Thursday, May 3, 2018

Avengers: Infinity Whoah!

Spoiler Free Review:

They should have just called it:

 “HOLY CRAP - The Motion Picture!”

Thank you very much, good night!

Sorry, it’s hard to say anything without spoilers.  
I will keep them out of the rest of the post though.

During the two and a half hours that flew by in a flurry of action, humor and strong character moments I found myself thinking:

"To all of you normal people who do not read comic books, welcome to our world!"

After ten years (Exactly ten years as of yesterday, another accidental anniversary post by me!) and eighteen movies, Marvel gave us a showcase of the incredible shared universe they’ve built up.  It’s nowhere near as massive as the comic book one, which has a several decade head start, but it can do many of the same things.

I bet they’re all very glad they didn’t chicken out and give up any time a movie wasn’t the total smash they’d hoped for.  (Are you listening DC???)

With a dozen and a half stories already told, the heroes have had deep and detailed character development.  Not only the ones who had their own films, but the side characters as well.  For example, Falcon hasn't been in the lime light, but after seeing him in four movies, we know who he is, what his motivations are, and how he interacts with others. This allowed for the villain to get his own character arc and complexity.  Additionally, it meant quick individual and shared moments could carry a great amount of weight, based on what had gone before.

Characters everyone expected to light up the screen together (Tony and Doctor Strange) didn’t disappoint. Combinations that never even entered my mind (Thor and Rocket???) brought just as much entertainment and emotion. There was excellent use of cross franchise running gags to heighten all of that and reward loyal fans with extra fun.

Going back to the difference between DC and Marvel, DC has Icons, meaning while it is cool when they are together, being archetypes there’s a limit to how many work in a group.  Marvel has characters, and is much better suited to having armies of them show up. (Drawn by first half of the original Infinity Gauntlet artist George Perez if possible.)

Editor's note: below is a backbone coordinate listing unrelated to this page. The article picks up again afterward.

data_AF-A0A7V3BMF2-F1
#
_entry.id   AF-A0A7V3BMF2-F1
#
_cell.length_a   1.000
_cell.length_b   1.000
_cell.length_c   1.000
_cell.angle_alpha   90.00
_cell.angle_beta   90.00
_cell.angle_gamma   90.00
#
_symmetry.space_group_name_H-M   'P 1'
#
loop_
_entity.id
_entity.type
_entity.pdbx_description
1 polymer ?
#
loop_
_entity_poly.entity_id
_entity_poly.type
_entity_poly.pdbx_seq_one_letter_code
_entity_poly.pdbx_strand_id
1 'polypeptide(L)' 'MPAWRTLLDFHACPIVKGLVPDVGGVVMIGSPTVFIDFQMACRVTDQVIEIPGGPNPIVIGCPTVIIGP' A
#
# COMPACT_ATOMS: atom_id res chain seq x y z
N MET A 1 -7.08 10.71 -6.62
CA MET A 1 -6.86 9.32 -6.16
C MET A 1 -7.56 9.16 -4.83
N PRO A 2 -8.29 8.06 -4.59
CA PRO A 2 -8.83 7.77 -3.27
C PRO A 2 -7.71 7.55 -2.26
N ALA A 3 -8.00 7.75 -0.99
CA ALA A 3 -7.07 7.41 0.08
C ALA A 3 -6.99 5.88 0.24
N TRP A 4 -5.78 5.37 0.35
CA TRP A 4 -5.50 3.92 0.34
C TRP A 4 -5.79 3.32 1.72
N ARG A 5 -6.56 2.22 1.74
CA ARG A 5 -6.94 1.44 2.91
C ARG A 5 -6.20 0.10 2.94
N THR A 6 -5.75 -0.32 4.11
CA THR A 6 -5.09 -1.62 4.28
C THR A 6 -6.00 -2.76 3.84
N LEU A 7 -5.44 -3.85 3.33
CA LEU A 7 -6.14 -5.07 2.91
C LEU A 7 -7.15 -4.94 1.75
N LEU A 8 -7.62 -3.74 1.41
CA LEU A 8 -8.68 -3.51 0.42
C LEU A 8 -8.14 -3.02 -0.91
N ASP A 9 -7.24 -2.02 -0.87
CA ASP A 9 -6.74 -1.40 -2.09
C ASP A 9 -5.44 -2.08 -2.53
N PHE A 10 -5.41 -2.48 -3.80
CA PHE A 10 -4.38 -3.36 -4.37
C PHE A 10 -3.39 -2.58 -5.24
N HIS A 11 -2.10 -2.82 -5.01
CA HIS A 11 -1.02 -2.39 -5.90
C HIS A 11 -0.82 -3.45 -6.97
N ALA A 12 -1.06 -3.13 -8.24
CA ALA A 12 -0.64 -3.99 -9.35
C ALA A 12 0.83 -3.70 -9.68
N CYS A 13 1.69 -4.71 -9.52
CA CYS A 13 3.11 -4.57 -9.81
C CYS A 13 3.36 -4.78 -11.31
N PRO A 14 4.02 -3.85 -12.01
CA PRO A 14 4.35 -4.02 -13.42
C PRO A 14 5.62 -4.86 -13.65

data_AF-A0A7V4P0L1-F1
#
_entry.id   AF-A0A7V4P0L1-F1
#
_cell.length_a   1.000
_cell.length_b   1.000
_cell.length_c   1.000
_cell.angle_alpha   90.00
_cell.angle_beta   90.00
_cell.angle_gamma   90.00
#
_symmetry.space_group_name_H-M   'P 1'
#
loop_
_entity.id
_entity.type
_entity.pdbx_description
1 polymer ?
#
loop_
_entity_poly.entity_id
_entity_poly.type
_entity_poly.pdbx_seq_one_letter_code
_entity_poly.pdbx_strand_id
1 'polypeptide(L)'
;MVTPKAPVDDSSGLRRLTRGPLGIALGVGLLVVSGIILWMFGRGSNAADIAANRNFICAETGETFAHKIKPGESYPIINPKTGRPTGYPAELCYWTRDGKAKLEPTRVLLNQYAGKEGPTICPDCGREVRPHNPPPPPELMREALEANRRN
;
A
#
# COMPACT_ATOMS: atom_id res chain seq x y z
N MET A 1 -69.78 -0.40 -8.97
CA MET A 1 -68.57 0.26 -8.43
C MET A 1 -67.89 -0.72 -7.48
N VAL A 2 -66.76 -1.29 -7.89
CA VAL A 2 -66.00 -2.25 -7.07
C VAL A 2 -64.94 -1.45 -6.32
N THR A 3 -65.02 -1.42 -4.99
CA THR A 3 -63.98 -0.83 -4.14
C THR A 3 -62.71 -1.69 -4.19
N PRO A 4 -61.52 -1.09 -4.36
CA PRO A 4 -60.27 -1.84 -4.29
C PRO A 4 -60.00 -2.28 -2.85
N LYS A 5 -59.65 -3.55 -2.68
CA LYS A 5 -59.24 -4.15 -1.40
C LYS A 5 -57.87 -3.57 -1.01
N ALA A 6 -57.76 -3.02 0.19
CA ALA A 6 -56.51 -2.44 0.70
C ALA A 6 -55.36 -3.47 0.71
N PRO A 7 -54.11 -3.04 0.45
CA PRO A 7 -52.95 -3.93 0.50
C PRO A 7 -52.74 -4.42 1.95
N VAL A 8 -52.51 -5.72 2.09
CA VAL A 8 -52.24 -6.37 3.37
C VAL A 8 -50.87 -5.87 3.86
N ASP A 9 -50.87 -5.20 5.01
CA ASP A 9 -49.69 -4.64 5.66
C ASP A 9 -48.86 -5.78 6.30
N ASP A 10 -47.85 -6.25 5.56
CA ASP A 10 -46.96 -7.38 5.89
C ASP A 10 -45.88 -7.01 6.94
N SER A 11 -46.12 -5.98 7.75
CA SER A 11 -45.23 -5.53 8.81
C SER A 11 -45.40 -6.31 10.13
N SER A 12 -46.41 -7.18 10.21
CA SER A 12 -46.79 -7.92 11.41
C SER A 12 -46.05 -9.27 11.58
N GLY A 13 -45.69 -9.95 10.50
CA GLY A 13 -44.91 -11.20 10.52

This may also be the reason my Marvel action figure shelves outnumber, and are far denser than my DC shelves.

Or maybe DC marketing over focuses only on their core, while Marvel markets everyone, 

Or (more importantly) I’m an uncontrolled addict.

Avengers Assemble!
(On Marvel Shelf two of five.)
Please help me.

Either way, the “fun in excessive gangs” element of Marvel shows in this film too.

Viewers have become accustomed to this universe over time, allowing the abilities and feats to be truly unleashed at the top end.  The astonishing levels of power and skill that accompany Mythological Deities, Unparalleled Technology and Supreme Sorcery were all on display.  The difference between merely being “well trained” and “the peak of human possibility in all areas” was equally illustrated.

Just like the comics, manipulation of time, space, and reality occurred on grand scales.  Is it a wonder that, in those comics, time travel and alternate dimensions are common?

Given everything this film introduced, I wouldn't be surprised if they started popping up on screen.

Because one of the biggest items the Marvel Cinematic Universe is  bringing in from the comic book counterpart is the notion of multiple thread, serialized storytelling on a grand scale.

This might have been labeled an “Avengersfilm, but it was really what the comic companies call a summer crossover event.  Just about everyone, Avenger or not, was involved, and the repercussions will extend into every follow up tale.  Those who have seen all the previous movies get more out of the moments and interactions, but it still works as a standalone spectacle.

The climax of that spectacle, which I can't reference without massive spoilers, shows that once a successful and complex universe is established, more than the standard cliche endings of a single story are fair game, due to full knowledge that the franchise will continue. Similarly, some key characters that were missing got mentioned, but I'm guessing we'll learn more about their whereabouts and importance in the follow ups.

Serialized storytelling – literature has used it  (Dickens, Dumas, and on the masked avenger side Johnston [Zorro] McCulley) comic books continue to use it, and now major motion pictures can tell a full tale in each “issue” but always let you know there are more adventures, excitement and characters to come.

I’ll probably need more room on my cosmic Marvel shelf.

Again...please help me.


Brian said...

Thanks Jeff. On the verge of seeing this one but I'm still playing Marvel screen Universe catch up. I'm all the way back on first Avengers film.

Jeff McGinley said...

Yes, perhaps a bit of catching up. But I believe you have enough comic book experience to follow along.

Either that or as you watch the other ones, you'll keep going, "OOOH, I get it now!" Like I did while watching the original Universal horror films after seeing "Young Frankenstein."

Thanx for joining in and have fun!